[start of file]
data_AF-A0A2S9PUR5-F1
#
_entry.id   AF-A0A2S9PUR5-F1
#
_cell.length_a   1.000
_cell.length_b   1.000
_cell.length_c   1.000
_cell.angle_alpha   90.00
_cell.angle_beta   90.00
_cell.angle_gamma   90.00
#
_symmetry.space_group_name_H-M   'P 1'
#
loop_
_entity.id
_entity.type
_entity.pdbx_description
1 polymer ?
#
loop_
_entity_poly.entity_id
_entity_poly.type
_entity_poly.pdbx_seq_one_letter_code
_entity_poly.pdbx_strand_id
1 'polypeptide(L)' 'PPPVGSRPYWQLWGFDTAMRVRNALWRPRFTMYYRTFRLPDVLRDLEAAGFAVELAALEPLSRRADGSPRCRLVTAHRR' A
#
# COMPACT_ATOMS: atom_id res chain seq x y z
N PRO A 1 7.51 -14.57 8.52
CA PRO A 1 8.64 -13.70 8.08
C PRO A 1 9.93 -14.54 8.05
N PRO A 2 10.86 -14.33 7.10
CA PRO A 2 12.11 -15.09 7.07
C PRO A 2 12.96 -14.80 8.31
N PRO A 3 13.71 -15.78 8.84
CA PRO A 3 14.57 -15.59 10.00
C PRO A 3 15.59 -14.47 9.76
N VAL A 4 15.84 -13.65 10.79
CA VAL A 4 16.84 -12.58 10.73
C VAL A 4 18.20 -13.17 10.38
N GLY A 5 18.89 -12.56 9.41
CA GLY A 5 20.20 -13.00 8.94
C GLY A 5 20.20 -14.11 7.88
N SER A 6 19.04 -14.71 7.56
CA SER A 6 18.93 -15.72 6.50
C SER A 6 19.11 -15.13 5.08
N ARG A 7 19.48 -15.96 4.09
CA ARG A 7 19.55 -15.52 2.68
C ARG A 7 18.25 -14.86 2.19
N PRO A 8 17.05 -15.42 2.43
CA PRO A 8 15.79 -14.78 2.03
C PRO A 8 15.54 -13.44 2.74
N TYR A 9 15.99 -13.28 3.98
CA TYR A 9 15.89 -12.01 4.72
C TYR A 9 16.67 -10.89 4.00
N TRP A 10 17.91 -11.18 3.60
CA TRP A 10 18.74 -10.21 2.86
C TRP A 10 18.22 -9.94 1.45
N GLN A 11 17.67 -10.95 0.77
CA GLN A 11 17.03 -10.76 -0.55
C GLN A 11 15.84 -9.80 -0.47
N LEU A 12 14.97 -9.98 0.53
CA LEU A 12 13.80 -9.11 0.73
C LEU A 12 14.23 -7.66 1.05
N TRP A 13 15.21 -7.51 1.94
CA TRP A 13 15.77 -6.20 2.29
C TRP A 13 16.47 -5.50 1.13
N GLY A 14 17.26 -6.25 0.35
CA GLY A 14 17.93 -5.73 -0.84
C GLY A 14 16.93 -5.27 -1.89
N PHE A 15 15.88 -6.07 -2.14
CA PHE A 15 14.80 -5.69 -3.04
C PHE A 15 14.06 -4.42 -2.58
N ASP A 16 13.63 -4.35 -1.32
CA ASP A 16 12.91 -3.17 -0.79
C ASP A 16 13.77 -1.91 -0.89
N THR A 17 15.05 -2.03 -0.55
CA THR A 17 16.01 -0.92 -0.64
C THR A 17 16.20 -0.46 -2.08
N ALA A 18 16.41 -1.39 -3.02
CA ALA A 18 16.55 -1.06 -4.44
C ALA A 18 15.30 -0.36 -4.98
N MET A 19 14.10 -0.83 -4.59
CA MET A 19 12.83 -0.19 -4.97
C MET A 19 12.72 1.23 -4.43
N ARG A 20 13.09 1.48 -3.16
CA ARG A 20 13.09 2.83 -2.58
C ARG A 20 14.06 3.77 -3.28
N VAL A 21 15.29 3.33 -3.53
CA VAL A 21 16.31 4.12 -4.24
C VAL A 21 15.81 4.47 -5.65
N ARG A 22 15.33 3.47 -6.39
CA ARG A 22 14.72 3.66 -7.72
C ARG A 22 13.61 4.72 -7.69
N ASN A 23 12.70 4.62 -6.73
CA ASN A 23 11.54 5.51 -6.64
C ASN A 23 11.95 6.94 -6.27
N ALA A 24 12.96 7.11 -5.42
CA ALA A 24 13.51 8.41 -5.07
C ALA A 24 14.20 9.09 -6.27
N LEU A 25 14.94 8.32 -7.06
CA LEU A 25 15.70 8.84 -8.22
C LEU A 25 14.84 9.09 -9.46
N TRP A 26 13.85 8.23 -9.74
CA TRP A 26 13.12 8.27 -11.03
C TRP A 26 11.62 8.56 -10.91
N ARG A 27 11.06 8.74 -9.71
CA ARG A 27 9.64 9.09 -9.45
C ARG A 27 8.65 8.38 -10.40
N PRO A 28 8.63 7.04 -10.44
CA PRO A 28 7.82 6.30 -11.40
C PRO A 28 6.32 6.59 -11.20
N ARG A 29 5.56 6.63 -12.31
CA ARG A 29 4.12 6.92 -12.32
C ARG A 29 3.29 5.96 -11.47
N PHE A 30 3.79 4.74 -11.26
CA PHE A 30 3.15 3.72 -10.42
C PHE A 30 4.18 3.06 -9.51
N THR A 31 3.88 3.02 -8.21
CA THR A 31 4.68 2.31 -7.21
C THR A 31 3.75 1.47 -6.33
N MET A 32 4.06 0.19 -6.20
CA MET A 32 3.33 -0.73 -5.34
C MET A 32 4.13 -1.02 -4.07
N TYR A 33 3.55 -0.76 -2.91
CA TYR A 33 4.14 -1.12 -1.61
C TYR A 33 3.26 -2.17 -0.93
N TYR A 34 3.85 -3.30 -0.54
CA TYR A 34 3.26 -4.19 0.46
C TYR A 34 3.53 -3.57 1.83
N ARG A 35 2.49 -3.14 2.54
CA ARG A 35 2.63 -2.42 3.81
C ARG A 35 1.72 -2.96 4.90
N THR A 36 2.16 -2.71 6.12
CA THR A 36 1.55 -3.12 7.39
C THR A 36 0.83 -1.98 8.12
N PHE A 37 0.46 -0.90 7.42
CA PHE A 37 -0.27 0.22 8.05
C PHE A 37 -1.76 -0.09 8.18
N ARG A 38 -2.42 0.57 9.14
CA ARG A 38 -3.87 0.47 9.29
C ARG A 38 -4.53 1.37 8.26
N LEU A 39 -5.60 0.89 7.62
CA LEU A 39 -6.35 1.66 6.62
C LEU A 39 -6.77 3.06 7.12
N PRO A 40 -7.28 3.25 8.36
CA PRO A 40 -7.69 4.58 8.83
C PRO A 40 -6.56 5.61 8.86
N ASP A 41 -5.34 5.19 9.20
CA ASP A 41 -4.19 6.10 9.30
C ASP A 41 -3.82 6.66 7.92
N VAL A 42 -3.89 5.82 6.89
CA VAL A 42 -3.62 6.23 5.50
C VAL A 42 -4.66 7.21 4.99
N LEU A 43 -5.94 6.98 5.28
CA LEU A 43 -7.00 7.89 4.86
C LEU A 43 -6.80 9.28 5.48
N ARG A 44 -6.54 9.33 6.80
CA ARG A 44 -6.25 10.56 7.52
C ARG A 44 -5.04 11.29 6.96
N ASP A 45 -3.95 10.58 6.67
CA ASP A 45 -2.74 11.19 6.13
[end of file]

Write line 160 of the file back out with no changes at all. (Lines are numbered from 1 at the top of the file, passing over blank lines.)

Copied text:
N ASP A 45 -3.95 10.58 6.67